01 Criminals use cryptos because they are anonymous
Cryptocurrencies are often viewed with suspicion because of alleged links to criminal activity. Many believe, wrongly, that bitcoin and other cryptos attract dark-web lurkers because of their anonymity. While users can be pseudo-anonymous, every translation on the underlying blockchain is traceable, by design. Kerim Derhalli, chief executive of Invstr, says: “The single most-outdated misconception is that bitcoin and other ‘shady’ cryptos are the preserve of drug dealers, child abusers and weapons merchants. The association of bitcoin with criminality is a throwback to its earliest days and has been deeply unhelpful.” George Morris, partner at global law firm Simmons & Simmons, adds: “The majority of cryptocurrencies are not entirely anonymous; in fact they have a layer of transparency that sets them apart from physical commodities and cash. The physical US dollar remains the number-one instrument worldwide for nefarious transactions and that is not going to change soon. Cash remains king as it provides a level of anonymisation that cannot be replicated by any cryptocurrency.”
02 Cryptos have no value
Sceptics question the value of cryptocurrencies and ridicule investors for backing speculative, unregulated assets. However, the fact is cryptos are global, borderless currencies that fluctuate based on supply and demand. Indeed, that it is cashless is why numerous supporters believe it is the future of finance. Siam Kidd, founder of TheRealisticTrader.com, says: “Over 90 per cent of the money people hold dear, like the dollar, euro or pound, is already in digital format. There is a very small supply of actual hard money these days. The general trend around the world is a move towards cashless societies. Also cryptos like bitcoin can’t just be inflated away via quantitative easing like fiat currencies, and as bitcoin is a scarce and deflationary currency, it’s easily argued that it is a far better store of wealth.”
03 Crypto transactions take too long to complete
In December, blockchain.com calculated that one bitcoin transaction takes on average 78 minutes. This can be frustratingly slow and, worse, unreliable – two of the main reasons financial institutions have not adopted the original cryptocurrency. However, countless other cryptos have learnt from bitcoin’s sluggishness and boast near-instant transaction speeds. XRP, the token of Ripple, has a processing speed of just four seconds, according to the blockchain.com research. Further, Ripple is able to complete 1,500 transactions a second. It is still some way of Visa’s 24,000 transactions per second, but the technology is being improved upon all the time. For instance, at BlockShow 2018 Europe, hosted in Berlin in late-May, David Schwartz, the chief cryptographer at Ripple hailed the recent introduction of the Lightning Network, calling it a game-changer.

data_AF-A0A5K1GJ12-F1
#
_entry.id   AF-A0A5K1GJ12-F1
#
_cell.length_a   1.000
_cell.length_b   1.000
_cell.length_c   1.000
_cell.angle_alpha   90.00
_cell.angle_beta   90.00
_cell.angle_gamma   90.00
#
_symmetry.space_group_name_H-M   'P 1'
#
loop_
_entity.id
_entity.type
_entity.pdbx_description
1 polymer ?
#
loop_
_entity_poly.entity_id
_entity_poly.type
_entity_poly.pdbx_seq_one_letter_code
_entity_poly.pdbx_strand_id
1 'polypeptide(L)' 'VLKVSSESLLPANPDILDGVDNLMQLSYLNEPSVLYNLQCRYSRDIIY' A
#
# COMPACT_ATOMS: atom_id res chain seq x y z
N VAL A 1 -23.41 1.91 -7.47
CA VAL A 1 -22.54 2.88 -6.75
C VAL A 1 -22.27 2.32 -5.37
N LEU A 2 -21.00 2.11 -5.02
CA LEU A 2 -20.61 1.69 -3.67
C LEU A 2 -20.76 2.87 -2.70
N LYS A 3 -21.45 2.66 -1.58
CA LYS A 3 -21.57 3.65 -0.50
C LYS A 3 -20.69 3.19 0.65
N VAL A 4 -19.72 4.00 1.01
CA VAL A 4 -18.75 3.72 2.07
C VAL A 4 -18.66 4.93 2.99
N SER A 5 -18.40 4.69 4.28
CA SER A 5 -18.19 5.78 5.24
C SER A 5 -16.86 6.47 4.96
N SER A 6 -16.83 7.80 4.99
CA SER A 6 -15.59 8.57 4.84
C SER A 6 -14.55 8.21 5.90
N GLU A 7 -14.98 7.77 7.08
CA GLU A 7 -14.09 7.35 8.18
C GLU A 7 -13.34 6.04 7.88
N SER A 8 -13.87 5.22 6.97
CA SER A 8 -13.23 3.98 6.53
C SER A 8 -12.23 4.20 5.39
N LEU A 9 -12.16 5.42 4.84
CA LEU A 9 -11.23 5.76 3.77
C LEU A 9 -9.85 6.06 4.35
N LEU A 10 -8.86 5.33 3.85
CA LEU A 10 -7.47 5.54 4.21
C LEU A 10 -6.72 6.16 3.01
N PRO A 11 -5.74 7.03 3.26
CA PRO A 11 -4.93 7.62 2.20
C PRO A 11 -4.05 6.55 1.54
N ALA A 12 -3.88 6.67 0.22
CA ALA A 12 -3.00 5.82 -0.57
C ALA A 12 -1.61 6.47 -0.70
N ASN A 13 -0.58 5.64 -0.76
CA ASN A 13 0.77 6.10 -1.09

04 Coins and tokens are the same thing
Belief that cryptocurrency coins and tokens are one and the same thing is a common mistake, so don’t worry if this comes as a shock. As Brian Donegan, head of operations for fintech and digital development at the Isle of Man Department of Economic Development, explains: “Coins such as bitcoin have a tangible value that may go up or down and can be wildly volatile in the markets – just look at the period from June to December last year when one bitcoin rose from around $2,500 to just under $20,000. Tokens on the other hand, if designed as a utility, as opposed to a security, facilitate access to online goods and services.”
05 Bitcoin is the best long-term investment
“Bitcoin’s investment performance depends on the entry and exit time, just like any other financial asset,” says Julian Zegelman, cryptocurrency lawyer and co-founder of TMT Blockchain Fund. But there is more to it than that. It is estimated there are now around 1,600 cryptocurrencies and, although they can all be traced back to bitcoin, many are far superior in technological terms. Other crypto projects have improved upon bitcoin’s sluggish transaction speed and solved its scalability concerns. Consequently, if (or when) cryptos are widely accepted by financial institutions, bitcoin is likely to be left behind. Investors are aware of this. Consider how in 2017 bitcoin’s annual return was 1,289 per cent – impressive, but way below the 19,830 per cent the other top five cryptos gained.